Muhammadi Begum: The First Woman Editor of a Magazine in India

Syeda Muhammadi Begum was the first woman in the Indian sub-continent to be the editor of a weekly magazine, ‘Tehzeeb-e-Niswaan’.

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Syeda Muhammadi Begum was the first woman in the Indian sub-continent to be the editor of a weekly magazine, ‘Tehzeeb-e-Niswaan’. The Urdu magazine was dedicated to emancipate the women. The magazine came out with its first edition on 1st July, 1898.

 Muhammadi Begum started her work along with her husband Mumtaz Ali Mumtaz, who had also written a book stressing upon the rights of women, ‘Huqooq-e-Niswaan’, was a Darul Uloom, Deoband educated Lahore based publisher.

He was a close associate of Sir Syed Ahmad Khan during the later years of the leader of Aligarh Movement. In fact, a hostel has been named after Mumtal Ali in AMU. Muhammadi and her husband realised that its was important that Muslim women also access modern education along with Muslim men.

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It must be kept in mind that when the magazine was launched Aligarh College was only a boys institution and there was no women’s college in Aligarh.

In fact, Sir Syed Ahmad Khan disagreed with Mumtaz and Muhammadi on women’s education. It was not until the demise of Sir Syed that they actually launched the magazine for women.

Early Life of Muhammadi Begum

Muhammadi Begum, born in 1878 in Shahpur, Punjab, married Mumtaz Ali in 1897 after the death of his first wife. Syed Muhammad Shafi, father of Muhammadi, was the Principal of Wazeerabad High School and ensured that his daughters received modern education.

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In fact, Muhammadi used to play cricket and ride horses as well in those days when women were kept inside homes. When she married Mumtaz, he was already owning a publishing house and a printing press in Lahore.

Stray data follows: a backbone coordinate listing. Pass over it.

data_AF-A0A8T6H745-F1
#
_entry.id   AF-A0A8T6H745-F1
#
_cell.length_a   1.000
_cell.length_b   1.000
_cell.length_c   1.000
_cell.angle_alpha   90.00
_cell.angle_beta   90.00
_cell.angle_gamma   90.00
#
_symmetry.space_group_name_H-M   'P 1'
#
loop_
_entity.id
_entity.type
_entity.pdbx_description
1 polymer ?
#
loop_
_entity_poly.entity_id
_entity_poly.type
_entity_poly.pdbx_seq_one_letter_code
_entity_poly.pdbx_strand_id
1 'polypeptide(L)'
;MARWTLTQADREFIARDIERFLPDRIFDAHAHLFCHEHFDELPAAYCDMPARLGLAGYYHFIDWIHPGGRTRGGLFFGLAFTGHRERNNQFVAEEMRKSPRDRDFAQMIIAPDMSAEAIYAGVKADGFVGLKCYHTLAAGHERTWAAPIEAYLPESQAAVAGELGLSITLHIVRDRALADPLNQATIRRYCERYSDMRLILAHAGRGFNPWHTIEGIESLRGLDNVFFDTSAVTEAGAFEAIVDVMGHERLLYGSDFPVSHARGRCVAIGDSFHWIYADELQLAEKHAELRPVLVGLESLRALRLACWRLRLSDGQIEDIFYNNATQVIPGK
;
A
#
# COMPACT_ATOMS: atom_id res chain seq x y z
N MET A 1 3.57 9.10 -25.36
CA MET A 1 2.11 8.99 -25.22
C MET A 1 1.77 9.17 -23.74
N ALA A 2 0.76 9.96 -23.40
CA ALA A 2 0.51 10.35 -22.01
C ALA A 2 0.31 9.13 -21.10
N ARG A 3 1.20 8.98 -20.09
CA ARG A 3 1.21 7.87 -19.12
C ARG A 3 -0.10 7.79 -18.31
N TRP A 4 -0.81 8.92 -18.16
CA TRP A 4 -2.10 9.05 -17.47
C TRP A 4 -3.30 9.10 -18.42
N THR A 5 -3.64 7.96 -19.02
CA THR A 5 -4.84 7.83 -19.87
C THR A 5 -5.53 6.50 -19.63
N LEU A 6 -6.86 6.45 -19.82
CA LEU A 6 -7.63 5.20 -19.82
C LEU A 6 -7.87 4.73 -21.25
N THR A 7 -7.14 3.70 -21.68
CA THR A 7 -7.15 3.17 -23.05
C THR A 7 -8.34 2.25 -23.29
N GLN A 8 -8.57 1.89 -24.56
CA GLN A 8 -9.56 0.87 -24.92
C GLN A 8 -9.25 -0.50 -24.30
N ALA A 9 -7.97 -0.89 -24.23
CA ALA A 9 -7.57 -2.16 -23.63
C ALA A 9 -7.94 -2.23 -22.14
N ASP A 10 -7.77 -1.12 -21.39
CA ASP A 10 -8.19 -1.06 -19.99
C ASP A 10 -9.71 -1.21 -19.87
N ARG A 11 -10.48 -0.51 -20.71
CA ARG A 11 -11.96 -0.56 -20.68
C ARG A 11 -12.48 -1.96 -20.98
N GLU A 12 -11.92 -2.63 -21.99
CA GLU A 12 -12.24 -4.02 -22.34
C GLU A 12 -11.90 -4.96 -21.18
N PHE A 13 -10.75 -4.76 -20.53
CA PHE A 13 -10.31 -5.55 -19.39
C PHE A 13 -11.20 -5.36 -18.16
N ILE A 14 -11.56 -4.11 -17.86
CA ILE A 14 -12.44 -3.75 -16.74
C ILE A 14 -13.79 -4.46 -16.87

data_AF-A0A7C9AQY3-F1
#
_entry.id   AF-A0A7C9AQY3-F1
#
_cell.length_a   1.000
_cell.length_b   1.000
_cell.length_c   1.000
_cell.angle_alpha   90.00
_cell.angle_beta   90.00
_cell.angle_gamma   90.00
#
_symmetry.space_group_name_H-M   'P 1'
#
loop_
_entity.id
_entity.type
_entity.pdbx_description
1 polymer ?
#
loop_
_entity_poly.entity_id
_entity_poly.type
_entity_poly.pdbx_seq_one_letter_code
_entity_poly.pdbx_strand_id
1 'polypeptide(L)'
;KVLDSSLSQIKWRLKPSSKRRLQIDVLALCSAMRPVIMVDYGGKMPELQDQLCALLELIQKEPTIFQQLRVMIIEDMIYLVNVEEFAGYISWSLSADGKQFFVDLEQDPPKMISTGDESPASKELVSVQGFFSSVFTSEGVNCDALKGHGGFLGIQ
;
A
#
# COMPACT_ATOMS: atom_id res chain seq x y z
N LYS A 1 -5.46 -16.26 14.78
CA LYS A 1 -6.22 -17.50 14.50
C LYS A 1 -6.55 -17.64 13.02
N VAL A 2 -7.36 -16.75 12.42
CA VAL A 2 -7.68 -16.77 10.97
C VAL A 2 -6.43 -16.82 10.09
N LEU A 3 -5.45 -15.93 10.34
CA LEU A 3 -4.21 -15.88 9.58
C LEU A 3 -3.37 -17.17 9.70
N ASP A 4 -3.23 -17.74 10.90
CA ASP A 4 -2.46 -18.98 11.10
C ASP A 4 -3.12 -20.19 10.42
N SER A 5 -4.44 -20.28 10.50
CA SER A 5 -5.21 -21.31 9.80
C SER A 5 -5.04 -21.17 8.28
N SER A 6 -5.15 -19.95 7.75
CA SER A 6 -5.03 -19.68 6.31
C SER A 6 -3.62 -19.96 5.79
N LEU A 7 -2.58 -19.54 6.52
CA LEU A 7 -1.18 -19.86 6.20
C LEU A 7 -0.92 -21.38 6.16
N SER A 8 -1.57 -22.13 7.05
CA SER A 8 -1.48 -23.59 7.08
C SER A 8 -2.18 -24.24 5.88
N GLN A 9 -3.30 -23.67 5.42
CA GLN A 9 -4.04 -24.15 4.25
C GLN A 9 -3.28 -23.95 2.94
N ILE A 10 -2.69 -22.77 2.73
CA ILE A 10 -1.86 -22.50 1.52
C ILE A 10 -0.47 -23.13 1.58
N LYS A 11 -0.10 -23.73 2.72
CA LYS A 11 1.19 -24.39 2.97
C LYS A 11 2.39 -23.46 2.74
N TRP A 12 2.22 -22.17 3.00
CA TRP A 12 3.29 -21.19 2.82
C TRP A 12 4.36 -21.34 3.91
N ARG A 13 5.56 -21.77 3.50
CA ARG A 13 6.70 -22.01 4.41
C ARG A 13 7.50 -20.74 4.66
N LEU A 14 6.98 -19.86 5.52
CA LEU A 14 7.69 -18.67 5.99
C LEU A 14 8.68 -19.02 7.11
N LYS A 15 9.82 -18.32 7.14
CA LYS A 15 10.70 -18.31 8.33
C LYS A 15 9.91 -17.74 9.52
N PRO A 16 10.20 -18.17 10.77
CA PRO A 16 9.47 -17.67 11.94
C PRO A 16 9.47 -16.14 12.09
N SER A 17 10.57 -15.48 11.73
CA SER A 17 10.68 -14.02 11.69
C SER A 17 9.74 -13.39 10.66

Within a year, Muhammadi learned the art of publishing, editing and proofreading from her husband. She could read English, Hindi, Urdu, Persian and Arabic. Soon the first Urdu weekly dedicated to the cause of women was launched, ‘Tehzeeb-e-Niswaan’.

As expected, people did not take such progressive magazine positively. Muhammadi and Mumtaz used to send free complimentary copies to the well known educated people. In return they would receive the copies back along with letters abusing Muhammadi. The magazine picked very slowly and even after three months only 70 people subscribed to the magazine, after three years 345 and after five years 428.

Muhammadi had one son, Imtiaz Ali, whom he used to affectionately call Taj. She used to write stories, poems, plays and lullabies especially for him. She trained him to be a man of literary taste. Imtiaz grew up to edit the magazine and established himself as one of the greats of Urdu literature.

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Muhammadi later launched another magazine for women, ‘Musheer-e-Madar’, in 1905. Which did not survive much after her death. She also established schools for women. A very interesting experiment carried out by Muhammadi was of an all-Women shop. This shop was operated by the women and for the women and no man was allowed inside the shop for any work. Interestingly, the title of Ashraf Ali Thanvi’s Bahishti Zewar is inspired by one of the poems written by Muhammadi.

From 1897, Muhammadi’s life was busy with social work. She edited magazines, wrote essays, stories, poems and held public meetings to emancipate the women of India. This hard work took a great toll on her health and left this world at a young age of 30, in 1908.   

(Author is a well known historian)         

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